Post Audition Fallout...Post / by David Byrd-Marrow

Not quite a month after the 3rd horn audition for the LA Phil, I'm finding myself in the grips of what I've been calling a "post-audition fallout". It's a phase that everyone I talk to understands immediately. Oddly, there's not much talk on the subject. 

If you've ever "properly" dedicated yourself to an audition, and lost, the you know exactly what I'm going to describe. It's really important that you've lost, though. In fact, if you haven't ever lost an audition, stop reading this and never talk to me again. You are not human, and I loathe thee. 

Three months is the longest I've ever intensely dedicated myself to any one audition. Yet, because of the time of year, it flashed by faster than I wanted it to. The whole time I was practicing in between rehearsals (trying to practice bits and pieces of excerpts, unrecognizably so as not to be noticed and categorized as "that guy") and shaping each day around the time I could spend shedding the list. I even played the list down for six different people. Meanwhile there was the regular work I had to do.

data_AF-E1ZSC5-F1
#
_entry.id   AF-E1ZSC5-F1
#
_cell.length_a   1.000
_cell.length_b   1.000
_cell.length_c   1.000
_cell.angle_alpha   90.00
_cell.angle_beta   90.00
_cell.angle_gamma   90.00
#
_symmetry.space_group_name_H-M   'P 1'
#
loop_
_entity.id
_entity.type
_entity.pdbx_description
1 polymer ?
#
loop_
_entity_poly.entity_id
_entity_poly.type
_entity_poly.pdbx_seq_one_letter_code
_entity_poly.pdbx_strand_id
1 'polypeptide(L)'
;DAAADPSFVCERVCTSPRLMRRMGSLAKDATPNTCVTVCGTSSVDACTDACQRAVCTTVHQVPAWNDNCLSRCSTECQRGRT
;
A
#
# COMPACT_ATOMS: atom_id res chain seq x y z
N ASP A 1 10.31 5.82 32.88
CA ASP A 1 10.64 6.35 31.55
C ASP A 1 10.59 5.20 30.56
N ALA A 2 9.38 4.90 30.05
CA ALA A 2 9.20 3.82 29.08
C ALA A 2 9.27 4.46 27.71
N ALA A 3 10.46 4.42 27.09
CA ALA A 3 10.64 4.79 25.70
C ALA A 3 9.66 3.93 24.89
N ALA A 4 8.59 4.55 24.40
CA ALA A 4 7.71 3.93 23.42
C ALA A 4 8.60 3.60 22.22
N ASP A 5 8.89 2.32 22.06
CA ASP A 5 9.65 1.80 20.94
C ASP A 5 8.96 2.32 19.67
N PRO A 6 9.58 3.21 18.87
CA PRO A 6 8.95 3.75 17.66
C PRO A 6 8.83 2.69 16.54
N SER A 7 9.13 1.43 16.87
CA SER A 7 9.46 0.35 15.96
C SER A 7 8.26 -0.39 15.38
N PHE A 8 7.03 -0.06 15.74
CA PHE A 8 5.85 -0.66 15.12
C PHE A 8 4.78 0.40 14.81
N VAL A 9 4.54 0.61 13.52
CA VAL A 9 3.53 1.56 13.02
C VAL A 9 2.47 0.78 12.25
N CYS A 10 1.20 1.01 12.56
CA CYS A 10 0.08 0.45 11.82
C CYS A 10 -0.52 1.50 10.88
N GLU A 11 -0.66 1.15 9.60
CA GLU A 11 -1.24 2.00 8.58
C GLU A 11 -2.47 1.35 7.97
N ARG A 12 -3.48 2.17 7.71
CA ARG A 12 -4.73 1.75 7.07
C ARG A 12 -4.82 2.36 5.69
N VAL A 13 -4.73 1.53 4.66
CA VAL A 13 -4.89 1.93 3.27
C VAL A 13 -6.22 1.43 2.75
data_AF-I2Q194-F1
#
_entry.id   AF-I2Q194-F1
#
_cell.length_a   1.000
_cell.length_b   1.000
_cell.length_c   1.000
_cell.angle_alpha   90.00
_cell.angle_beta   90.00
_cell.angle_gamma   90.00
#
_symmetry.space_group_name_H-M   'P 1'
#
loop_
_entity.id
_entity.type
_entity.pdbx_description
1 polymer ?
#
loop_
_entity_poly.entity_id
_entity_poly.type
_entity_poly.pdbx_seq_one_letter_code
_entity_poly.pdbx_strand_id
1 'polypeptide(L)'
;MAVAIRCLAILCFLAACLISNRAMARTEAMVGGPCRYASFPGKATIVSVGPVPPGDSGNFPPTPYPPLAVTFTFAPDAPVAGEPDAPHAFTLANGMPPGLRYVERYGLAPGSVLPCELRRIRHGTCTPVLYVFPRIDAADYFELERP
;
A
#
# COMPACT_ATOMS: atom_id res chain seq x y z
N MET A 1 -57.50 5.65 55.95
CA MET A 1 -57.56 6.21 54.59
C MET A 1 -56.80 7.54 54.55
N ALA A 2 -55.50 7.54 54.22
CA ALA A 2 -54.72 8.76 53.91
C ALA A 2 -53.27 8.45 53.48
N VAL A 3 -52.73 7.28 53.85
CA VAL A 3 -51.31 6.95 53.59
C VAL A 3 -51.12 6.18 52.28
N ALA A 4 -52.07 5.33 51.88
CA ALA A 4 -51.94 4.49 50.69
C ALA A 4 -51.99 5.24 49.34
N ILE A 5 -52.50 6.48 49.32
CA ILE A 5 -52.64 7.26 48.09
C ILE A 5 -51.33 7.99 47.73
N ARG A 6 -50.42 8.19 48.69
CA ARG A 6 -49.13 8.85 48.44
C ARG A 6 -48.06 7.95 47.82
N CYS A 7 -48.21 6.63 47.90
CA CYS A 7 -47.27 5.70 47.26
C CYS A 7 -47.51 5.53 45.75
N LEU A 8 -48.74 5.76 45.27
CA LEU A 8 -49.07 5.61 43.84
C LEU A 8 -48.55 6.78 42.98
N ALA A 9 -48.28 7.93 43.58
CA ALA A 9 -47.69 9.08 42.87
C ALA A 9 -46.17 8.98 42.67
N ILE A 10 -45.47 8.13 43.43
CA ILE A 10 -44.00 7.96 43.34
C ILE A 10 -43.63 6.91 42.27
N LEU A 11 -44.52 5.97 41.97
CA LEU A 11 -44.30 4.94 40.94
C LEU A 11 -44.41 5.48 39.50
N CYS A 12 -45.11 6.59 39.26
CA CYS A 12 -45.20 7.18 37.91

Anyway, that happened. And, after three months of living and breathing self-criticism, I went to LA. No dice. "No dice" was the text I must have sent to two dozen people who asked about how it went that day. At least Disney Hall is near Eggslut. Thus began the slow beginning of the month of poorly timed post-audition fallout. 

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Fortunately for all of us, my schedule doesn't really allow me to let go as much as had in mind. And I do think that the best way to get over these things is to move ahead. So it's good that I'm looking down the barrel of a 2015 that is a fear-laden mixtape of French Horn misery. No guts, no glory right?

I recently read an article that The Guardian had posted about how Olympians deal with failure. It sucked because they just ended up championing failure as a gateway to success. Ok, maybe they're right, but I wasn't in the mood at all. 

With that in mind, I will say that I am generally looking forward to playing these days. That's good, right? And it's nice when it's Christmas time in the city, silver bells and all. Ps, if you read this and have any input on how you bounce back from this sort of thing, feel free to let me know. Otherwise I'll just have to let time take its course! Maybe some presents will help...

Happy Holidays